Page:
Google revamped its sign-on system using the federated protocols of OpenID. Now Zoho, a major provider of SaaS productivity and enterprise tools, has decided to support Google Apps accounts for anyone logging into its services.Not long ago,
Though the two companies definitely have overlap in areas such as online document editing, the majority of Zoho's suite is not in competition with Google. Letting Apps customers log in to its various services without creating a new account is much more attractive for Zoho than forcing unnatural competition. In the future, we're quite likely to see it integrating more closely with Google products in order to complement its software.
Zoho already lets users sign in with regular Google or Yahoo accounts, so supporting Google Apps isn't an entirely radical move. They also have Gadgets, which uses the OpenSocial standard. While many analysts, including us, have called Zoho a direct competitor to Google, that might not be the case today.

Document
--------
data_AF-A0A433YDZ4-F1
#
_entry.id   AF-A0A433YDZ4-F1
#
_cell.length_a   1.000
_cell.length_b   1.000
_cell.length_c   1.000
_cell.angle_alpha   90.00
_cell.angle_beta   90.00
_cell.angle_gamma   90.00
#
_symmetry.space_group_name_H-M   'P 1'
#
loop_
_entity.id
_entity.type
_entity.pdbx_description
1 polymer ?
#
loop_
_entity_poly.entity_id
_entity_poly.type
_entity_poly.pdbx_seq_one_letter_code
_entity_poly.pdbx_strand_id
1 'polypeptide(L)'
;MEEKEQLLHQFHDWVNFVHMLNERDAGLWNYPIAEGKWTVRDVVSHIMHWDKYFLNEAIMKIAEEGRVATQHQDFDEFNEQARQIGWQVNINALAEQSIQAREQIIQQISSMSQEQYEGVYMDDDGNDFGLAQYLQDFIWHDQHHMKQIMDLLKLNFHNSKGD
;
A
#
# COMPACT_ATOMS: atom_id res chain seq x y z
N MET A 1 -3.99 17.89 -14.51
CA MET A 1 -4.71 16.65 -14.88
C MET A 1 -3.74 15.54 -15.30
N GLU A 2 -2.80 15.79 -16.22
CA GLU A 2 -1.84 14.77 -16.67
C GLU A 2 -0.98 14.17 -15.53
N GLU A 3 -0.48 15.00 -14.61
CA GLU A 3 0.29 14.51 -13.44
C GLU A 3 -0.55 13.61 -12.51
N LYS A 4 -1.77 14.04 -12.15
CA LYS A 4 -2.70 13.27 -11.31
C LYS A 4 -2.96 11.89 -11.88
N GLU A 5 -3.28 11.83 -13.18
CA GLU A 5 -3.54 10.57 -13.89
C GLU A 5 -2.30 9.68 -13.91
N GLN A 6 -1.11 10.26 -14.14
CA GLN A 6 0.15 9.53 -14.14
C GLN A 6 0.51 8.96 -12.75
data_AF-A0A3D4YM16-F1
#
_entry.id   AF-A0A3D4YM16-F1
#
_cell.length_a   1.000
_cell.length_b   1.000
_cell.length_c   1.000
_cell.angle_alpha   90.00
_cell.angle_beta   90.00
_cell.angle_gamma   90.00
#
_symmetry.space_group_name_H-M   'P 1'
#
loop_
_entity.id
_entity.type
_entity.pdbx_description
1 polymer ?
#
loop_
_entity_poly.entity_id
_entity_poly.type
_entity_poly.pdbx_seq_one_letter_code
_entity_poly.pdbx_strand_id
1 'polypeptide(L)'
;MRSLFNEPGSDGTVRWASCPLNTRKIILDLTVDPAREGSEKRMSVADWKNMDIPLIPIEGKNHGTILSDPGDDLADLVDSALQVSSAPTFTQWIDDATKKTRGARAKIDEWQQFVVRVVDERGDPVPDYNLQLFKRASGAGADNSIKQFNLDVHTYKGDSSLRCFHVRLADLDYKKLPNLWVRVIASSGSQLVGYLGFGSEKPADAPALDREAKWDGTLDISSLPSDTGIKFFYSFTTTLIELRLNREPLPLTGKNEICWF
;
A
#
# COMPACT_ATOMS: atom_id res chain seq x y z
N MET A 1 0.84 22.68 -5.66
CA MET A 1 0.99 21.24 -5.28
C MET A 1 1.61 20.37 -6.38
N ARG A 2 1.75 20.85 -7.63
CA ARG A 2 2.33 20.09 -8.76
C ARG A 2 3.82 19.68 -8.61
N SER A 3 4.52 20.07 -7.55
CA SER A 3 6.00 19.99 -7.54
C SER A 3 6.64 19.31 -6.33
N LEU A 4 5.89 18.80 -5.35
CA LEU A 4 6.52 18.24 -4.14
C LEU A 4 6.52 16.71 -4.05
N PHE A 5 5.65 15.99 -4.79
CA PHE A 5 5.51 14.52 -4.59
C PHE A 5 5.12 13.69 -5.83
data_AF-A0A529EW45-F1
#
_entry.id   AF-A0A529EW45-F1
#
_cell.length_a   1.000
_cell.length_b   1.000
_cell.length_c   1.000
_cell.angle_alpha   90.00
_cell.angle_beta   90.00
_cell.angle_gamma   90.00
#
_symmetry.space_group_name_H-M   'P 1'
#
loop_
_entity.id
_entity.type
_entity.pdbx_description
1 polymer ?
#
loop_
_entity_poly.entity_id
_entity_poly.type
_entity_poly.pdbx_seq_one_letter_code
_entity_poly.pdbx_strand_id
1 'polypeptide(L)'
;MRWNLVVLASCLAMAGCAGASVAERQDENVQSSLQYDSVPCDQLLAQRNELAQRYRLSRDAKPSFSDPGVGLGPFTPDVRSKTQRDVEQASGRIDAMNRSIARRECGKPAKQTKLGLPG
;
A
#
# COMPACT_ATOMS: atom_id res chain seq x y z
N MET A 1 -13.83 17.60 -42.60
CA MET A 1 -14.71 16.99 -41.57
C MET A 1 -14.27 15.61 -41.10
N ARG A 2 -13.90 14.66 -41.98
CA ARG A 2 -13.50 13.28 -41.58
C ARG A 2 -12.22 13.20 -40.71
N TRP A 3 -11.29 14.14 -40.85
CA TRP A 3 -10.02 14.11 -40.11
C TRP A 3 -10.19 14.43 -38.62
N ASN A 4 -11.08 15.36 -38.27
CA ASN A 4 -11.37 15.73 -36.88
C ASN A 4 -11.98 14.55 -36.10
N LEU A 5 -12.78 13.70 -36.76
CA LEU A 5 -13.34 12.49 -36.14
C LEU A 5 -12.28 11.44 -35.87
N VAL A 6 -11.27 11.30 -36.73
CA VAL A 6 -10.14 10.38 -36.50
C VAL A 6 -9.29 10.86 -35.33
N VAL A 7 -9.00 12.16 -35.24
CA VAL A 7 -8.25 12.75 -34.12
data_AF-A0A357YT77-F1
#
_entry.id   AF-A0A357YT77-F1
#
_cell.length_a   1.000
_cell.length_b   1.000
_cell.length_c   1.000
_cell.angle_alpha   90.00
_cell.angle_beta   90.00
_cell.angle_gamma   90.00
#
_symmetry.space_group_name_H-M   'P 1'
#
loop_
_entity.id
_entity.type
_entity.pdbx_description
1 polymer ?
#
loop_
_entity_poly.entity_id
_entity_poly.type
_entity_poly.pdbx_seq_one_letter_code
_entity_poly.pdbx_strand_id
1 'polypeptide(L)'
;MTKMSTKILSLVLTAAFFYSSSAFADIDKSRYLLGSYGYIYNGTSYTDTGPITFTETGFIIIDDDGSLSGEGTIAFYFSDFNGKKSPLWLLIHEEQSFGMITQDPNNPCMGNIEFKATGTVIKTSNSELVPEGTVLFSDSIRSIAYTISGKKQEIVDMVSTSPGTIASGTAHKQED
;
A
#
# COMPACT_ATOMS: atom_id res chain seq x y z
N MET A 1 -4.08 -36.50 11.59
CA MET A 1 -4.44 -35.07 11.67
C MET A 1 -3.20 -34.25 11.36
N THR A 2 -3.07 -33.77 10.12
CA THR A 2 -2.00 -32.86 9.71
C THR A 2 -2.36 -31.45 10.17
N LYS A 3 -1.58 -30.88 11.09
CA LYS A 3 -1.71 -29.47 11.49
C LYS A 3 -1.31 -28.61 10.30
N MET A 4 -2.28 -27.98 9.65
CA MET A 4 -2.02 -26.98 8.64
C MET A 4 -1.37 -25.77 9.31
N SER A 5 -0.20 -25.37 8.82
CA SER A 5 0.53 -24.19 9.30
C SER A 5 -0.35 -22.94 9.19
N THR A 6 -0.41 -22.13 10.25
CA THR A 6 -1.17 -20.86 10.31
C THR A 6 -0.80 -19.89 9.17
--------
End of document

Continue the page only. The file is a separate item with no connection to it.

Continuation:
We spoke with Zoho's Raju Vegesna, and he gave some pretty compelling evidence for how the company is complementary to Google. First off, Zoho has 19 applications, only four of which Google has anything similar to. Additionally, while many users know of Zoho primarily through its Docs software, neither that nor its email system is a primary revenue driver. The applications keeping Zoho in the black happen to be ones like its CRM and project management software.
We also asked Raju whether the OpenID factor had an effect on the decision to support Google Apps for sign-on. While he was positive about the future of OpenID and its potential impact on the Web, he admitted that Zoho "would have implemented Google Apps sign-on whether it was OpenID or not."
It seems that the road map for Zoho lies in having a broad spectrum of business applications available on the Web. Though some of its products may compete with those of Google, Microsoft, and Salesforce, its nearly comprehensive take on software as a service is paying off.